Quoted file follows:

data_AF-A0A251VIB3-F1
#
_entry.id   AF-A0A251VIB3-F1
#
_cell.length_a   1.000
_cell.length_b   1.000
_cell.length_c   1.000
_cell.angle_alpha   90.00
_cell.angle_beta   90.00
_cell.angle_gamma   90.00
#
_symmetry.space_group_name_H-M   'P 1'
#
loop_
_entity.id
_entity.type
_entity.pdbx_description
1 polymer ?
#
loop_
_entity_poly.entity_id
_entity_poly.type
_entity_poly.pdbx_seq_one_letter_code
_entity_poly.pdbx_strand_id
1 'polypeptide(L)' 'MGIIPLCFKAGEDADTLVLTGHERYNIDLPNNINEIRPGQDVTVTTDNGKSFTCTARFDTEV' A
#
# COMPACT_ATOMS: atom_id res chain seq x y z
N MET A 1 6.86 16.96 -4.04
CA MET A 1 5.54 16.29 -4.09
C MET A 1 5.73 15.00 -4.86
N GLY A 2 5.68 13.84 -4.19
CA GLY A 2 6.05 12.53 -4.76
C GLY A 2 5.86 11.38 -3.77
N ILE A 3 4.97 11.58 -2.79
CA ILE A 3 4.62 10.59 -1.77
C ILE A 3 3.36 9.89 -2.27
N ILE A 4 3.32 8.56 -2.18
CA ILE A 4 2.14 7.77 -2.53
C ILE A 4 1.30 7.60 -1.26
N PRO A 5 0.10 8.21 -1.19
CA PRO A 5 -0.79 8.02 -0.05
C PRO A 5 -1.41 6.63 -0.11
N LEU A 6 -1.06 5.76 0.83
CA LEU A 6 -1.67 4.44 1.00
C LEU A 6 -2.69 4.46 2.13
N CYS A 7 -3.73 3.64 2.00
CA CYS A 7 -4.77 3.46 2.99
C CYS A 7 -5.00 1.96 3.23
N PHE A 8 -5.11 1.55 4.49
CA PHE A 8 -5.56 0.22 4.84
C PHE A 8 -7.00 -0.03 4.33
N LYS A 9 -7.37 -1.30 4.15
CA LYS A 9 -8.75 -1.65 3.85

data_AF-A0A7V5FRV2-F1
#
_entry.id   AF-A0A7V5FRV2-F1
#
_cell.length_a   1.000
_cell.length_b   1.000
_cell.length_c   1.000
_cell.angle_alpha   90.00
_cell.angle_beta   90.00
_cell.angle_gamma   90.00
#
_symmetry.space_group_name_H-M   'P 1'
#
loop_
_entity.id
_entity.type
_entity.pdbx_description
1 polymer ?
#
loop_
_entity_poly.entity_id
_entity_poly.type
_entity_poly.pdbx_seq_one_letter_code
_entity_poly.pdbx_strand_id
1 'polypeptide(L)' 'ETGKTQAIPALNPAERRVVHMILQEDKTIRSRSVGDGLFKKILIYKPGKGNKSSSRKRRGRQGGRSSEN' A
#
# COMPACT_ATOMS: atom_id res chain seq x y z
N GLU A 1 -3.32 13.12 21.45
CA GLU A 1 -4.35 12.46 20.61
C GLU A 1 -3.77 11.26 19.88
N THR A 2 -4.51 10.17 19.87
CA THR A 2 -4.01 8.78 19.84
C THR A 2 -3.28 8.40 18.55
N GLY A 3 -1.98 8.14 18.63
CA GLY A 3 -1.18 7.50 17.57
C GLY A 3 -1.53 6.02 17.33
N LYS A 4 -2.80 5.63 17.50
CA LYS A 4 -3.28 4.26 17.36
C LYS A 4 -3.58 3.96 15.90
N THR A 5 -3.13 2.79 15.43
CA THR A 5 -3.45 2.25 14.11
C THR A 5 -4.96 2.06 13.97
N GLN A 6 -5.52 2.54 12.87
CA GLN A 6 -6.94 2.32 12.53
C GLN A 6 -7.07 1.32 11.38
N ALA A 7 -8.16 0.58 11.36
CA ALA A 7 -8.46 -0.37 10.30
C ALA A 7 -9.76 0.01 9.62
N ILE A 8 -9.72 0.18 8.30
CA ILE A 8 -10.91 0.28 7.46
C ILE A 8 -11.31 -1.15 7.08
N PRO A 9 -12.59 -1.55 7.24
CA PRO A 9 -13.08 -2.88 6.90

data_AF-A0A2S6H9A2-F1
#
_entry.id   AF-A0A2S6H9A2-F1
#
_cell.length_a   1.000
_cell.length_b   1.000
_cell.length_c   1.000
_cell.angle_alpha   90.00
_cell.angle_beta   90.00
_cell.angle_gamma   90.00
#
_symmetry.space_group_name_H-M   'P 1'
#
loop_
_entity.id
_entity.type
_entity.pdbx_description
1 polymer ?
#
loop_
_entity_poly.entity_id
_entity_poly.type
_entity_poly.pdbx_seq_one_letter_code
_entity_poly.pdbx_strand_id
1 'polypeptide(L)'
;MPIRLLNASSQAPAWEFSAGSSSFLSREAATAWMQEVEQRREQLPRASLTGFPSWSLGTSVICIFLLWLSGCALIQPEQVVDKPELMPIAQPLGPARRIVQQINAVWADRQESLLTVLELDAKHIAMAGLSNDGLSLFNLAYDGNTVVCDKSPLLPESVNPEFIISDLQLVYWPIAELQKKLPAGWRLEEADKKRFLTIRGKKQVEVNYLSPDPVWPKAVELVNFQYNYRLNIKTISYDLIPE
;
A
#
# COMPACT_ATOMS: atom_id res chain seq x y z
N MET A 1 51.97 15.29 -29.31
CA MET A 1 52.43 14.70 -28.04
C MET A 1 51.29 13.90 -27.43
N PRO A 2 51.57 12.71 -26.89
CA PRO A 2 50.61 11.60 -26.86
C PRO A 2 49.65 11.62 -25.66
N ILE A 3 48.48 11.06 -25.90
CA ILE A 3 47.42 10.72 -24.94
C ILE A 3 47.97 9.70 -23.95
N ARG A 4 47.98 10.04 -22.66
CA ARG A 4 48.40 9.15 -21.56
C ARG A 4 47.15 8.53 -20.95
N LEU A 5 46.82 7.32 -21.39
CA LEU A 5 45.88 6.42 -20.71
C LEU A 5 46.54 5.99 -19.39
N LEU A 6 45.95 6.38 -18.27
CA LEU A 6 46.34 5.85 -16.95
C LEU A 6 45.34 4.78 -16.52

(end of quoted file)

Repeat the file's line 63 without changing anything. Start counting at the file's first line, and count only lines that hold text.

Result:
_cell.angle_gamma   90.00